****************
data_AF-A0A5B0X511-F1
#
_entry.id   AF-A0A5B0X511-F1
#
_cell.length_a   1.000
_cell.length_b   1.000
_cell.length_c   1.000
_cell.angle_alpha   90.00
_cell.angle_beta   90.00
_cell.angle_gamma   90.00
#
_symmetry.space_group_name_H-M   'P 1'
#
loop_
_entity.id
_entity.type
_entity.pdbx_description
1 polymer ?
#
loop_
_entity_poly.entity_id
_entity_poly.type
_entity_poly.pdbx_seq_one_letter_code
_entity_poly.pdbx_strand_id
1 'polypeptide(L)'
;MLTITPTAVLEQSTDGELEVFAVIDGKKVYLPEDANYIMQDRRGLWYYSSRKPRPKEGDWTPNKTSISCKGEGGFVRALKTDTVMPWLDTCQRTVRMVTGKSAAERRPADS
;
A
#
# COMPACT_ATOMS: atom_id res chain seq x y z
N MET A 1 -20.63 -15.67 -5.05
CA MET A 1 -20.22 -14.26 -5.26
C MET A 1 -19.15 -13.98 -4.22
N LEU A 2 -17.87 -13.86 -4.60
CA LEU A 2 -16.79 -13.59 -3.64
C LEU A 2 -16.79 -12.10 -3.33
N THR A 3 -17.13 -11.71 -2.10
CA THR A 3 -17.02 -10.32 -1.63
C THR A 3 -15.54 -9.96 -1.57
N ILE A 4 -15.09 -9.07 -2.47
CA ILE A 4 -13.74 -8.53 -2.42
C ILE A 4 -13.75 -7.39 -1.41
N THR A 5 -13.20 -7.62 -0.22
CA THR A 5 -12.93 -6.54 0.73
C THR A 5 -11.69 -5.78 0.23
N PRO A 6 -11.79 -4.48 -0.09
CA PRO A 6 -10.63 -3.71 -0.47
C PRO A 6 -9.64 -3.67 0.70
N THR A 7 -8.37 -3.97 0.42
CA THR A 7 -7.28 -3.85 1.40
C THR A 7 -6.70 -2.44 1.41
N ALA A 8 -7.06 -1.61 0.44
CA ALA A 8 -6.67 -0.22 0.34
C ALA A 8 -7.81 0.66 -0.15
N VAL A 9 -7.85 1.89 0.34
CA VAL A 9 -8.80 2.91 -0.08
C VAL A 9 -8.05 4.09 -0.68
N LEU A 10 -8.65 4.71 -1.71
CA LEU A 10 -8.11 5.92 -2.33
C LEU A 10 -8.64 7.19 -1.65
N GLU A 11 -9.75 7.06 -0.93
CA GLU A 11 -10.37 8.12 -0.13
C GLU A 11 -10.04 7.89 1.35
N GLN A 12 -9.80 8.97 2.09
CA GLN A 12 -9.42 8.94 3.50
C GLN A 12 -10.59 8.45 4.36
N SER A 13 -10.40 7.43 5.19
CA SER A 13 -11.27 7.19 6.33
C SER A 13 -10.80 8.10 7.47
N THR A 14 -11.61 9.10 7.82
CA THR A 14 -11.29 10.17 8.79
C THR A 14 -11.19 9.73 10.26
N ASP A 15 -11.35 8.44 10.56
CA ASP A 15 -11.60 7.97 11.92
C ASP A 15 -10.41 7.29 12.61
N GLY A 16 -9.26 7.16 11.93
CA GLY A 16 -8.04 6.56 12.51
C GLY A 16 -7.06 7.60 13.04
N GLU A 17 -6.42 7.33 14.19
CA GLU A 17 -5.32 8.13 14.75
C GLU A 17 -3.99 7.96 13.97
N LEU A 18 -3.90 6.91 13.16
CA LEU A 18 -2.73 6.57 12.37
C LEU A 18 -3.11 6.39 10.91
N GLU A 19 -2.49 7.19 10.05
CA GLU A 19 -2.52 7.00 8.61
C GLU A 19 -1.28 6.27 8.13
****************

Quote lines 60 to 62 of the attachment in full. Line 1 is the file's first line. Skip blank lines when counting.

C LEU A 10 -8.64 7.19 -1.65
N GLU A 11 -9.75 7.06 -0.93
CA GLU A 11 -10.37 8.12 -0.13